Chapter 67: Nursing Management: Shock, Systemic Inflammatory Response Syndrome, and Multiple Organ Dysfunction Syndrome

SHOCK • Shock is a syndrome characterized by decreased tissue perfusion and impaired cellular metabolism resulting in an imbalance between the supply of and demand for oxygen and nutrients.

Shock can be classified as low blood flow (cardiogenic and hypovolemic shock) or maldistribution of blood flow (septic, anaphylactic, and neurogenic shock).

Cardiogenic Shock • Cardiogenic shock occurs when either systolic or diastolic dysfunction of the pumping action of the heart results in compromised cardiac output (CO). • Precipitating causes of cardiogenic shock include myocardial infarction (MI), cardiomyopathy, blunt cardiac injury, severe systemic or pulmonary hypertension, cardiac tamponade, and myocardial depression from metabolic problems. Hemodynamic profile will demonstrate an increase in the pulmonary artery wedge pressure (PAWP) and pulmonary vascular resistance. Clinical manifestations of cardiogenic shock may include tachycardia, hypotension, a narrowed pulse pressure, tachypnea, pulmonary congestion, cyanosis, pallor, cool and clammy skin, decreased capillary refill time, anxiety, confusion, and agitation.

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Hypovolemic Shock • Hypovolemic shock occurs when there is a loss of intravascular fluid volume.

Absolute hypovolemia results when fluid is lost through hemorrhage, gastrointestinal (GI) loss (e.g., vomiting, diarrhea), fistula drainage, diabetes insipidus, hyperglycemia, or diuresis. Relative hypovolemia results when fluid volume moves out of the vascular space into extravascular space (e.g., interstitial or intracavitary space) and this is called third spacing. The physiologic consequences of hypovolemia include a decrease in venous return, preload, stroke volume, and CO resulting in decreased tissue perfusion and impaired cellular metabolism. Clinical manifestations depend on the extent of injury or insult, age, and general state of health and may include anxiety; an increase in heart rate, CO, and respiratory rate and depth; and a decrease in stroke volume, PAWP, and urine output.

Neurogenic Shock • Neurogenic shock is a hemodynamic phenomenon that can occur within 30 minutes of a spinal cord injury at the fifth thoracic (T5) vertebra or above and last up to 6 weeks, or in response to spinal anesthesia.

Clinical manifestations include hypotension, bradycardia, temperature dysregulation (resulting in heat loss), dry skin, and poikilothermia (taking on the temperature of the environment).

Anaphylactic Shock • Anaphylactic shock is an acute and life-threatening hypersensitivity (allergic) reaction to a sensitizing substance (e.g., drug, chemical, vaccine, food, insect venom). • Immediate reaction causes massive vasodilation, release of vasoactive mediators, and an increase in capillary permeability resulting in fluid leaks from the vascular space into the interstitial space. Clinical manifestations can include anxiety, confusion, dizziness, chest pain, incontinence, swelling of the lips and tongue, wheezing, stridor, flushing, pruritus, urticaria, and angioedema.

Septic Shock • Sepsis is a systemic inflammatory response to a documented or suspected infection. Severe sepsis is sepsis complicated by organ dysfunction.

Septic shock is the presence of sepsis with hypotension despite fluid resuscitation along with the presence of tissue perfusion abnormalities. In severe sepsis and septic shock, the initiated body response to an antigen is exaggerated resulting in an increase in inflammation and coagulation, and a decrease in fibrinolysis. Endotoxins from the microorganism cell wall stimulate the release of cytokines and other proinflammatory mediators that act through secondary mediators such as platelet-activating factor. o Platelet-activating factor results in the formation of microthrombi and obstruction of the microvasculature resulting in damage to the endothelium, vasodilation, increased capillary permeability, neutrophil and platelet aggregation, and adhesion to the endothelium. Clinical presentation for sepsis is complex and no single or group of symptoms are specific to the diagnosis. o Patients will usually experience a hyperdynamic state characterized by increased CO and decreased SVR. o Persistence of a high CO and a low SVR beyond 24 hours is ominous and often associated with hypotension and multiple organ dysfunction syndrome (MODS). o Initially patients will hyperventilate as a compensatory mechanism, resulting in respiratory alkalosis followed by respiratory acidosis and respiratory failure. o Other clinical signs include alteration in neurologic status, decreased urine output, and GI dysfunction.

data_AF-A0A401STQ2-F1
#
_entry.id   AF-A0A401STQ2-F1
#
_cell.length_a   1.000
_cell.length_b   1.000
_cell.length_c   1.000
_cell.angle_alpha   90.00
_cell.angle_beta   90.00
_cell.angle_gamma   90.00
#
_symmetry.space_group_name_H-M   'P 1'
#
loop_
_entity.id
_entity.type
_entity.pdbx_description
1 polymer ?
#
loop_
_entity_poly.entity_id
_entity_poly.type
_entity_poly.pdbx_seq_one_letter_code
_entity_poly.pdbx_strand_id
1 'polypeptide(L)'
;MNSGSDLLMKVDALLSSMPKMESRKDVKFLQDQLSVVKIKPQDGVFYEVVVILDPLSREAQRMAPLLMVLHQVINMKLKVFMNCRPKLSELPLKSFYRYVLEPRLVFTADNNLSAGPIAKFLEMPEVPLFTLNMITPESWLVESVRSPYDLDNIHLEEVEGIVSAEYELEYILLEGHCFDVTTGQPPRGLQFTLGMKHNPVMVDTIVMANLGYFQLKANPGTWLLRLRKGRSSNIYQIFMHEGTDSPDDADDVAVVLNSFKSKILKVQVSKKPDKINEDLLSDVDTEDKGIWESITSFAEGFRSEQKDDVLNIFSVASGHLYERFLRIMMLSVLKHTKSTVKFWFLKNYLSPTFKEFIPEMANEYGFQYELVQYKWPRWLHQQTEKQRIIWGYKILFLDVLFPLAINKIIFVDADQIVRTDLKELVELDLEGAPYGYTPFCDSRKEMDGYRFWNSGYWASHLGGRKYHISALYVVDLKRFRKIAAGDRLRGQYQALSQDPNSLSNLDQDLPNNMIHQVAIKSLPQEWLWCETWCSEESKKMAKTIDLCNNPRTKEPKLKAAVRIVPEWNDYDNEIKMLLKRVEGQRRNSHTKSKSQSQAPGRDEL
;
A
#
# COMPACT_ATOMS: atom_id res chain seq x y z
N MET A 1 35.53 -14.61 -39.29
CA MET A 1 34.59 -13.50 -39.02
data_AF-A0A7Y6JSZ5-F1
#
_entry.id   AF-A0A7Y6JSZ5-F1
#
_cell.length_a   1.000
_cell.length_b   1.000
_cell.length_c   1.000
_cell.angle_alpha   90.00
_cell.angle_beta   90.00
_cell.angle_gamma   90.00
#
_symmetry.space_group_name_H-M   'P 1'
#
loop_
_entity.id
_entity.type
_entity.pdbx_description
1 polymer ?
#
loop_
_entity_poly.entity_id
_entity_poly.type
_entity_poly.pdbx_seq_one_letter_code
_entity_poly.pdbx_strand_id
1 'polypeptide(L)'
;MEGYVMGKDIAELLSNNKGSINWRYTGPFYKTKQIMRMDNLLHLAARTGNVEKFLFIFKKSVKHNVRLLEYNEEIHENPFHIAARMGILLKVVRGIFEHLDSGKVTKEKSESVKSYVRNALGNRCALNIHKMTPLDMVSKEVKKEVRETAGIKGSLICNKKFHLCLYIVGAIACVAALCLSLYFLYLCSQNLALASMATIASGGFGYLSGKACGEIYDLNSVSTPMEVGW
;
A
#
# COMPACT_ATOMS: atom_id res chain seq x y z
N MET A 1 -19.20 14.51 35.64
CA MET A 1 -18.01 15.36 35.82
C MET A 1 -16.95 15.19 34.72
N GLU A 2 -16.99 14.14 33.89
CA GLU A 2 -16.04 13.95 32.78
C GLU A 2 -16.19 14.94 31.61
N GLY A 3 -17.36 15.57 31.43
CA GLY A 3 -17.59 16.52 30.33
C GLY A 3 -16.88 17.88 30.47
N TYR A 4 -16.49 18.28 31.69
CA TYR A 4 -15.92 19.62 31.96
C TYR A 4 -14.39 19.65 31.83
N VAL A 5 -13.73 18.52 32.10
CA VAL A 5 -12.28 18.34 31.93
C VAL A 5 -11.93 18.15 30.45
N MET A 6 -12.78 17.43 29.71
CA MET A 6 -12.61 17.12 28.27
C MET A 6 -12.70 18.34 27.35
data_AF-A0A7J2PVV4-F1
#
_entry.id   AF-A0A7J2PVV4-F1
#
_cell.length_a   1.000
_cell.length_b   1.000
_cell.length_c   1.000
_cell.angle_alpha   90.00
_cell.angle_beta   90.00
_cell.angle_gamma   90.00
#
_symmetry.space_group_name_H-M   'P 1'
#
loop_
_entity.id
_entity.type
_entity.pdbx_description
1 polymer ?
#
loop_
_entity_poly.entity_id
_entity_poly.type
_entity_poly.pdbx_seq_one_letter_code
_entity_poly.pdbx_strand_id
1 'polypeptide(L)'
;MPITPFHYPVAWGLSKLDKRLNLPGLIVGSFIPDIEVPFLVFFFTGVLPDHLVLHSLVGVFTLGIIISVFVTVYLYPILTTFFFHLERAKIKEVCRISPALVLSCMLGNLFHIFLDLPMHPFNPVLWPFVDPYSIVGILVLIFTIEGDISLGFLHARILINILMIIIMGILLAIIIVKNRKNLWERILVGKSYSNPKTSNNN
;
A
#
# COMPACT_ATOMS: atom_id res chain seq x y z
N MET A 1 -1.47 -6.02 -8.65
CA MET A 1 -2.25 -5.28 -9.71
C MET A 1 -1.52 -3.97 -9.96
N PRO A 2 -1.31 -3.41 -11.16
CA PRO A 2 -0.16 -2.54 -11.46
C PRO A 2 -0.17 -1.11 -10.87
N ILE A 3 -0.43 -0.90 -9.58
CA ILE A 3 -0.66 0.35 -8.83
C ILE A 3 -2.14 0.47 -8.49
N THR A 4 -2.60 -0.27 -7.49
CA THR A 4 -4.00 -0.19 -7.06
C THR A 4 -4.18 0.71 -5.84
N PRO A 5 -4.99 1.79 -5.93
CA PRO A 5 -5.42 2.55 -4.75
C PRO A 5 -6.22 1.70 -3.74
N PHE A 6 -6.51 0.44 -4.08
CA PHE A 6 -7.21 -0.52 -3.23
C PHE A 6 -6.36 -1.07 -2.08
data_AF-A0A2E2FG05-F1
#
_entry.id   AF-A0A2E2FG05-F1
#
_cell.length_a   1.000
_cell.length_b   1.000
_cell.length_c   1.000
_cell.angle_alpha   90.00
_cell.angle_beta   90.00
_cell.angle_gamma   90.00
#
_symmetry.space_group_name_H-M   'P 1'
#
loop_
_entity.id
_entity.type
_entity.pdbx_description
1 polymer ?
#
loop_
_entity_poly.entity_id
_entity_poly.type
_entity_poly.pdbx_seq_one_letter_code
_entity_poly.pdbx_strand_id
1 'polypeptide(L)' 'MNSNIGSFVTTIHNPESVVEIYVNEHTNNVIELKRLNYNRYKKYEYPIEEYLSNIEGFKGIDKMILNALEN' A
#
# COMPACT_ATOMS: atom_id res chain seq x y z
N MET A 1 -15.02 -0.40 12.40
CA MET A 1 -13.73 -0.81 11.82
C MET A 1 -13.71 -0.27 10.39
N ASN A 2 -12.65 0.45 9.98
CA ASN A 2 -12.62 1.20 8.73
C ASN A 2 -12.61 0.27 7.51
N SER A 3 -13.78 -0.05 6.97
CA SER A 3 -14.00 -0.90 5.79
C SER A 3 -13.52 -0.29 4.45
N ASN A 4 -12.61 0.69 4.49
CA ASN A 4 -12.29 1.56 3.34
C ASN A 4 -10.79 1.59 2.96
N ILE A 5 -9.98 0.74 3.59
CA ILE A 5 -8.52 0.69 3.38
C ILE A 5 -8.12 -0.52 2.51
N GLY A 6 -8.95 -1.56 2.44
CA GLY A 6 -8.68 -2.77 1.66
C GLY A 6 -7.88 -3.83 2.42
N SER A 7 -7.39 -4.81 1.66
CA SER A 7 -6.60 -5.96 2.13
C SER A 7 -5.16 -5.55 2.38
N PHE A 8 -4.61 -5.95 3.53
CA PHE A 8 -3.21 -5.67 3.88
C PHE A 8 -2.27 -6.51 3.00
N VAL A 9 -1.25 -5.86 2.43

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Stages of Shock • The initial stage of shock that occurs at a cellular level is usually not clinically apparent.

The compensatory stage is clinically apparent and involves neural, hormonal, and biochemical compensatory mechanisms in an attempt to overcome the increasing consequences of anaerobic metabolism and to maintain homeostasis. The progressive stage of shock begins as compensatory mechanisms fail and aggressive interventions are necessary to prevent the development of MODS.

In the final stage of shock, the refractory stage, decreased perfusion from peripheral vasoconstriction and decreased CO exacerbate anaerobic metabolism and the patient will demonstrate profound hypotension and hypoxemia, and organ failure. In this final stage, recovery is unlikely.

Diagnostic Studies • The process begins with a thorough history and physical examination. • • Evaluation of serum lactate and a possible base deficit. Other diagnostic studies include a 12-lead ECG, continuous cardiac monitoring, chest x-ray, continuous pulse oximetry, and hemodynamic monitoring.

Collaborative Care: General Measures • Successful management of the patient in shock includes the following: (1) identification of patients at risk for the development of shock; (2) integration of the patient’s history, physical examination, and clinical findings to establish a diagnosis; (3) interventions to control or eliminate the cause of the decreased perfusion; (4) protection of target and distal organs from dysfunction; and (5) provision of multisystem supportive care.